Official Resigns After Criminal Past Revealed

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Former county mental health administrator Kevin DeWitt resigned his new post Friday, four days after admitting that he kept a criminal past hidden from county officials when he was hired three years ago.

DeWitt, 39, of Camarillo submitted a resignation letter late Friday, said Barbara Fitzgerald, director of the Human Services Agency, where DeWitt has worked since April.

“He clearly feels that he has embarrassed the agency and he regrets that,” Fitzgerald said. “He felt that [resigning] was the best thing to do.”


DeWitt was county mental health administrator until he was ousted from that job after a failed merger and transferred to the Human Services Agency.

DeWitt failed to disclose eight bank fraud convictions dating back 10 years when he applied for a deputy director’s position in the Behavioral Health Department in 1996.

County officials say they were alerted to DeWitt’s past by FBI agents, who were conducting criminal checks on several county managers as part of a probe into the mental health department.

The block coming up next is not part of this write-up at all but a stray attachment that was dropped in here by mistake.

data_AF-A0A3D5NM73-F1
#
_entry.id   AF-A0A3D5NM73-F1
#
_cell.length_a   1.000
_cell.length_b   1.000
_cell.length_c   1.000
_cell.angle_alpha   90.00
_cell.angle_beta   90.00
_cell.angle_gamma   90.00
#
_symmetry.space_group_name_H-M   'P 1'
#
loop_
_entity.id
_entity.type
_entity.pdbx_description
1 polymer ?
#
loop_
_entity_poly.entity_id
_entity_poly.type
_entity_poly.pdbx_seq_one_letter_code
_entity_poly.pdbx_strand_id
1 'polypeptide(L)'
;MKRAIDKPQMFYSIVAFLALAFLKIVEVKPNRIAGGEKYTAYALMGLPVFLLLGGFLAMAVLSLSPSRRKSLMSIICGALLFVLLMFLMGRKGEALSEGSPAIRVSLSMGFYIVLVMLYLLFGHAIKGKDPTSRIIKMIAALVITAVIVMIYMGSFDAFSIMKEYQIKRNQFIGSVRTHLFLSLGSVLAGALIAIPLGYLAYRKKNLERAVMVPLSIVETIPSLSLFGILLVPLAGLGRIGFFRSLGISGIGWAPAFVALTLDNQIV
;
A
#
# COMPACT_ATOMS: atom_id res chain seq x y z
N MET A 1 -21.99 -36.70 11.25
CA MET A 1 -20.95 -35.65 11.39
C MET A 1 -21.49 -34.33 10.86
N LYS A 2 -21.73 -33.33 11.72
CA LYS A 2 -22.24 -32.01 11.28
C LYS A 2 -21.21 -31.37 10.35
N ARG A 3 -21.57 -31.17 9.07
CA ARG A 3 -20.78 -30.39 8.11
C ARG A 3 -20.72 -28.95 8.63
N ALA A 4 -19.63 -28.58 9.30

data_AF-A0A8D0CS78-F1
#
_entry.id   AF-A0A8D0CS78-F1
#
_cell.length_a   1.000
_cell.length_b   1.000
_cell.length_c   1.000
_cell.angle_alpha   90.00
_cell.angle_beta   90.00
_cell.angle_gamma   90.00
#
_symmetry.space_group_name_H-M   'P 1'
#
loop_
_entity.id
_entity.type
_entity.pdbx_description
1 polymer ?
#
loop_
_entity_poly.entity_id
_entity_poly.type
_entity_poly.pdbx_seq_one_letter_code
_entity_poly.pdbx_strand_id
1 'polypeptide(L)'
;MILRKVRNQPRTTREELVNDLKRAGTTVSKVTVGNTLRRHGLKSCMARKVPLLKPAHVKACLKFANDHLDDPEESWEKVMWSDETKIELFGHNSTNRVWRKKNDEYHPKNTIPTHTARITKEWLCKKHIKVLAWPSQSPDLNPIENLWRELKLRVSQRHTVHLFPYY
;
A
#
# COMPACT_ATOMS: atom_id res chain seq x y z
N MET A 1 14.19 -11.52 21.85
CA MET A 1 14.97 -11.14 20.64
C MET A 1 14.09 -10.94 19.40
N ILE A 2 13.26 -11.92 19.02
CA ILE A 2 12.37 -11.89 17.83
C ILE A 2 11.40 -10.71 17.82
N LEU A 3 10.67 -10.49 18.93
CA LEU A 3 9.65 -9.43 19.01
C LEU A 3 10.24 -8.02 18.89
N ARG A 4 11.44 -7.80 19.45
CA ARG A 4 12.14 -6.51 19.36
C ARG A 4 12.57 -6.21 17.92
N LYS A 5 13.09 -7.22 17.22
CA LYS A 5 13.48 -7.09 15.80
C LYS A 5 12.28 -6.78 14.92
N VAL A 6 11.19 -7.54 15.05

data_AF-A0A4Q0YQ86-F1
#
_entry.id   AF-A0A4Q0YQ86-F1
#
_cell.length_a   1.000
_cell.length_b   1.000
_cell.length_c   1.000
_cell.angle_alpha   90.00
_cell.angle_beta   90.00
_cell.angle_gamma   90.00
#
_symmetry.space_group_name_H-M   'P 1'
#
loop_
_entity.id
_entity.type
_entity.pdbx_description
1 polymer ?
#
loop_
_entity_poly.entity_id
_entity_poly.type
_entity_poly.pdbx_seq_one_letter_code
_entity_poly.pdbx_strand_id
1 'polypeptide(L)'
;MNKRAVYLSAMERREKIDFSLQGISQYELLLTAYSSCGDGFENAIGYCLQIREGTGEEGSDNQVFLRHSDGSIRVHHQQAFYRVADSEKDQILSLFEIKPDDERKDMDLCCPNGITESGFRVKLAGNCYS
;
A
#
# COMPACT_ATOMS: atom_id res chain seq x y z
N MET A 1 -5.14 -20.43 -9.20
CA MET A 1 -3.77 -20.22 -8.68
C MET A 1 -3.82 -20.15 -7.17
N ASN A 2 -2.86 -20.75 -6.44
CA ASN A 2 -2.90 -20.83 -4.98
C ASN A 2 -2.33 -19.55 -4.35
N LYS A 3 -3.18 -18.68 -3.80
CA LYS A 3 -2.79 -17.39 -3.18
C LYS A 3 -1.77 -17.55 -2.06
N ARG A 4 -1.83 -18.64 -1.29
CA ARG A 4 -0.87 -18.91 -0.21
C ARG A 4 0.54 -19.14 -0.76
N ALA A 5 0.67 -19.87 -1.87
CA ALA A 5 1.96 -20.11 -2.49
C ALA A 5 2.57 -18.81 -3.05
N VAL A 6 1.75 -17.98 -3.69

DeWitt’s past became publicly known earlier this week. DeWitt told The Times he had lied about the felonies on his employment application because years had passed and he felt he was no longer obligated to report them.

DeWitt could not be reached for comment late Friday.

Fitzgerald said DeWitt has done a good job over the past three months, drawing up plans to make the agency’s computers Y2K-compliant. DeWitt will train other employees to follow through on that plan before his Aug. 20 departure, Fitzgerald said.

Disclosure of DeWitt’s past was another embarrassing wrinkle in management of the Behavioral Health Department, which has been rocked by turmoil for more than a year.


State and federal investigations into billing practices at the mental health agency have so far resulted in the county being forced to pay a $15.3-million Medicare fraud settlement. Other reviews are pending and more fines may be imposed.